Eventually I’d sell the pattern, but people would still balk at spending ten bucks for a pattern and demand I explain for free.
And the people who were whining and demanding were also screaming out what Good Christians™ they were so I owed it to them because I was a Christian.
I got to see that Good Christian™ dynamic at work in just about every place, public secular business or Christian business, people saying that since they were doing the work of the God they deserved a discount or freebie, who would not let up until they got their way. Vyckie Garrison and I have had discussions about the Good Christian discount whine.
To add insult to grievous injury every single freakin’ time I’d come up with a new design, something I’d sketched out, made the pattern for and then made the sample and posted it on my website within a week I’d see a badly executed copy made from discount fabric of my original design up on Ebay for a cheaper price. To me that is what separates true artists from the artisans. Artists do it because it’s inside of them, artisans are just looking to make a buck.
Even as sales were decent after awhile I got most burned out by the attitudes of entitlement, the begging, whining, demanding a discount and the general intellectual thievery. I stopped making flags for anyone but myself, or when someone who’s seen one of mine and is willing to pay without whining. Just readied a big box of flags going on a missions trip to Cuba next month.
One thing I started to notice during my years at good old Creek Church, the tendency of the Creekers and other Good Christians™ to take advantage of people, press every advantage and try to drum up business by means fair and foul. Example, just about everyone that sucked up to the Pastor’s wife bought Pampered Chef merchandise and many ladies at the church signed up to sell beneath her every single time she started putting the pressure to people over being Good Christians™ helping out each other.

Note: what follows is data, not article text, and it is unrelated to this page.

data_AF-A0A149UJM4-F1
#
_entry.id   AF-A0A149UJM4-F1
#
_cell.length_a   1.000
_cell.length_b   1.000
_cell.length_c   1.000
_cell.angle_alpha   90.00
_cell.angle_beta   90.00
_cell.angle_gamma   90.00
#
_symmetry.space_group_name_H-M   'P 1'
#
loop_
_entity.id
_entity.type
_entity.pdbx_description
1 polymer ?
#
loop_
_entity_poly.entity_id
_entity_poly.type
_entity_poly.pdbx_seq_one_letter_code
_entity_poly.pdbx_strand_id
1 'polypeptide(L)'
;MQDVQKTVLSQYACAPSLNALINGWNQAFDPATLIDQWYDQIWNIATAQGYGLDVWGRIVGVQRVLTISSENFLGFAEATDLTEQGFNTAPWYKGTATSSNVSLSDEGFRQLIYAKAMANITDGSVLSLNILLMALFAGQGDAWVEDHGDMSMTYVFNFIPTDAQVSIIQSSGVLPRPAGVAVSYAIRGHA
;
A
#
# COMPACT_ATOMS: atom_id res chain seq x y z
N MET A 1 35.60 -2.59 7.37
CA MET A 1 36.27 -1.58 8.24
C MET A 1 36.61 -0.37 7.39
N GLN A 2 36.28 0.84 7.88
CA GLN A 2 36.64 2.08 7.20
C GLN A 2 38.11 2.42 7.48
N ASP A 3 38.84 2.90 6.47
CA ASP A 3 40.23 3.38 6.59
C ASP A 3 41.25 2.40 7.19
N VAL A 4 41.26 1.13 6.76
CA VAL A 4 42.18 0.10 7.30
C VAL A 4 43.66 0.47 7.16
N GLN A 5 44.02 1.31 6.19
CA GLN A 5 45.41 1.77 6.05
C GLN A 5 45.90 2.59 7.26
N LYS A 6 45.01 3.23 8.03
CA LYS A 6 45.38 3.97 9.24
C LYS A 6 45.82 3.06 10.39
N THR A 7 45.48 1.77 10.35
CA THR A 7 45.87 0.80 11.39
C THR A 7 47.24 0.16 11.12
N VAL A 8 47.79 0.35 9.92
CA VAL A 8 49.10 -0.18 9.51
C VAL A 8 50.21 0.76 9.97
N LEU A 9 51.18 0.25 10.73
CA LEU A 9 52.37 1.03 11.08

It was as if none of them thought hard work and conviction was enough, they had to press every advantage and try to game the system each and every time. Some of them still are, hence Mrs. 5 by 5 fleecing two different sets of the elderly she did the books for out of over 20K. Today I saw her with another new senior citizen that has a small business and I’m going to see if I can talk to her newest employer’s relatives before she steals from this women…
… Here’s what I learned in the last twenty years plus years dealing with Fundigelicals and their businesses/home based economies:
(1) If they can take some small advantage of you, then they will. If you call them on it they will claim it’s their right as Christians to be entitled to more or they outright deny they’ve done it.
(2) They believe if they can whine, beat you down, demand, threaten or haggle long enough you will give in to their sense of entitlement and give out something for free or deep discount. Why? Because Christian! Because Bible!
(3) If you happen to not totally agree with their flavor of True Believer then they might refuse to serve you and/or jack up the charges.
(4) They act like they have some sort of moral superiority over you all the while behaving badly.
Suzanne’s wonderful rant and roll got me to thinking about my own experiences with Evangelical Christian home-based businesses/Christian businesses and a church that considered establishing such businesses as a command from God. Let me share several stories with you.
First, let me say I don’t have a problem with a person starting a home-based business. It is a great way to make money. But, when such businesses are wedded to a religious ideology, that’s where I have a problem. While Polly and I were ardent homeschoolers and came into contact with a number of families who had home-based businesses, we never had the desire to have a home-based business (the money was a lot better in the “world”).